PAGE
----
Tŷ Newydd is a house in Abercain which runs writing courses for people of all capabilities. It was opened in 1990 to the public as a writing centre by the writers Gillian Clarke and Robert Minhinnick. Clarke said it was her dream to open a house of words, “somewhere which belonged to all writers”. Prime Minister David Lloyd George made Tŷ Newydd his last home and commissioned the famous architect of Portmeirion, Clough Williams-Ellis, to adapt the house to his tastes. The centre is run by Literature Wales, which is a registered charity, the national company for the development of literature in Wales.
This year it is celebrating 25 years of being a writing centre and has set up a fundraising campaign launched by Literature Wales. There are many events taking place throughout the year to mark the 25th anniversary, they include a summer garden party, a new programme of Welsh-language evening events and day courses, sessions at the National Eisteddfod as part of the Lolfa Lên programme, Gŵyl Ddrama Wil Sam (a Welsh-language drama festival) and the launch of a new Tŷ Newydd website.
The £25/25 campaign asks people to give donations of £25, £1 for each year the centre has been open, to help fund programmes such as educational and extra-curricular activity for schools and youth groups, community outreach work, as well as bursaries for people of all ages, abilities and backgrounds to attend courses at Tŷ Newydd and conservation work to safeguard the future of this historical and culturally significant Grade II* listed property.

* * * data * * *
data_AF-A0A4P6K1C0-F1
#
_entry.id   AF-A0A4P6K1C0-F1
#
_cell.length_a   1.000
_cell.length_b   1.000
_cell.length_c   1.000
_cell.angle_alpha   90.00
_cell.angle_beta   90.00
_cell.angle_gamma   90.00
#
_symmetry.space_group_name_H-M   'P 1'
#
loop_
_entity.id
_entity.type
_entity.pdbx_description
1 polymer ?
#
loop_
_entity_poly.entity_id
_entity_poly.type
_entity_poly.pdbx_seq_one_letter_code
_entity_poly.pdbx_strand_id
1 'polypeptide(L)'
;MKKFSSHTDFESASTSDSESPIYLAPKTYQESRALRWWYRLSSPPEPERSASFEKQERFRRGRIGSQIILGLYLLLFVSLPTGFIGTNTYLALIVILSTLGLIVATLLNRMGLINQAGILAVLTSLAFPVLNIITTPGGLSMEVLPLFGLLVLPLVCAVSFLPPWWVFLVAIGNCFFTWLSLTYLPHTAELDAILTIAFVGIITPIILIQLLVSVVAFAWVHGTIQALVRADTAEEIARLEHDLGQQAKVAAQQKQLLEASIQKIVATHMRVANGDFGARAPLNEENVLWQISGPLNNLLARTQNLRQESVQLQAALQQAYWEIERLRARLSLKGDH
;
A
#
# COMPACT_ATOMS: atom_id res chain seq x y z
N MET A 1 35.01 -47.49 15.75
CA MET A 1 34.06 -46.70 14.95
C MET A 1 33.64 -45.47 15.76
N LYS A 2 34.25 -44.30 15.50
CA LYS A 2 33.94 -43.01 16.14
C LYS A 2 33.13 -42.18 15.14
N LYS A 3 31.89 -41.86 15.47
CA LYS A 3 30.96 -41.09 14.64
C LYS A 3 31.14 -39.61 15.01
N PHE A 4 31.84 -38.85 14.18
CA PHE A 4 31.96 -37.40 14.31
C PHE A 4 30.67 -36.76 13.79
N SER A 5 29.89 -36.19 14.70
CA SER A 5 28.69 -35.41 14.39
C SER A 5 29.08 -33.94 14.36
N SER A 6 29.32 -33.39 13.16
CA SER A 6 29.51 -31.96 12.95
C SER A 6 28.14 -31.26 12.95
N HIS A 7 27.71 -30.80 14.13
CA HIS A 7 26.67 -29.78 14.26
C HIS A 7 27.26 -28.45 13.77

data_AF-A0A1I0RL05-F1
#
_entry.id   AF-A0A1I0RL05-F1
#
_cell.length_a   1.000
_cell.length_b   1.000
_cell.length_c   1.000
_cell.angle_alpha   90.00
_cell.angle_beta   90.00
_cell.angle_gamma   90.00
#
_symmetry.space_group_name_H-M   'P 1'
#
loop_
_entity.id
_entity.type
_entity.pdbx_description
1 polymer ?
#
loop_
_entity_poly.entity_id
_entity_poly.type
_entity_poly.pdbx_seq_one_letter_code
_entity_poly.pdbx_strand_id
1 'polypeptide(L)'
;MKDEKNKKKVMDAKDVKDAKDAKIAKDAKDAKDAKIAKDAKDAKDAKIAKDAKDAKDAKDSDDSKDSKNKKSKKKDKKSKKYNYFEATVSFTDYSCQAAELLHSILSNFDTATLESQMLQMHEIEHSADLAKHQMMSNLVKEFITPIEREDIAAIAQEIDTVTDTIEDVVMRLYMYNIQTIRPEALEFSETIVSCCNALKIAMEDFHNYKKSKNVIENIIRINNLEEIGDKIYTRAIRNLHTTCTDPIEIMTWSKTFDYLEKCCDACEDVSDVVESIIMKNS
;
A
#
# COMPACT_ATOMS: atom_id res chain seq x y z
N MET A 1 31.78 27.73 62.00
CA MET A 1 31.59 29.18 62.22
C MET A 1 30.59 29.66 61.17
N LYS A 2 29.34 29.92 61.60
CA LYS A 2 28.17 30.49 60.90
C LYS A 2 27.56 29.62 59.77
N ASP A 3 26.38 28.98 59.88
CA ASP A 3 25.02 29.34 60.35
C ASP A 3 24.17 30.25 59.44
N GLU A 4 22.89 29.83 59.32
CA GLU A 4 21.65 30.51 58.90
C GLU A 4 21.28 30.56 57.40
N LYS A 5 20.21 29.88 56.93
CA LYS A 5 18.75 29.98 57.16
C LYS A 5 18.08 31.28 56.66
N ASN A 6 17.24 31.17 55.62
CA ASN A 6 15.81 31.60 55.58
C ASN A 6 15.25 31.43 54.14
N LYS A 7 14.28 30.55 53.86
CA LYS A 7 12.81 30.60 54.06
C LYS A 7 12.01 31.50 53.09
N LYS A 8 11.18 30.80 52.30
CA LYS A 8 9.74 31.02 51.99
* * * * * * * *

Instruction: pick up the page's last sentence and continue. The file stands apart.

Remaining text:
Also, a Poetry Masterclass has recently been announced by Literature Wales which will be tutored by National Poet of Wales Gillian Clarke and Poet Laureate Carol Ann Duffy. Carol Ann Duffy said: “Tŷ Newydd is very close to my heart; a house of poetry, good fellowship, laughter and contemplation to which I always return.”
Hundreds of adults and young people visit Tŷ Newydd and take part in residential creative writing courses and retreats each year. The courses and retreats offer a wide range of activities, from ‘Yoga and Writing’ which uses “meditation, pranayama (breathing exercises) and asana (poses) to shut down the chatter of the fluctuating mind and settle into the joy of using words” to ‘Poetry and Ghostly’ which “explores poetry’s ability to spook”. There are also courses for primary and secondary schools, as well as for universities. They work with the teachers to organise bespoke courses that complement the school’s curriculum, by giving them the choice of genres, content and tutors to suit the group’s creative aspirations.
The house is in a very scenic spot overlooking Cardigan Bay and surrounded by rural North Wales, with spectacular views of the sea and the blue mountains of Snowdonia. It allows people of all ages to develop their writing skills under the teachings of published authors and other experts in their field. It is seen as the “home of literature in Wales” and offers a unique experience for all those who visit to learn, share and write in a beautiful part of the country.
If you would like find out more about Tŷ Newydd, look into their courses and retreats or donate money towards their fundraising campaign, the web-link is; http://www.literaturewales.org/ty-newydd/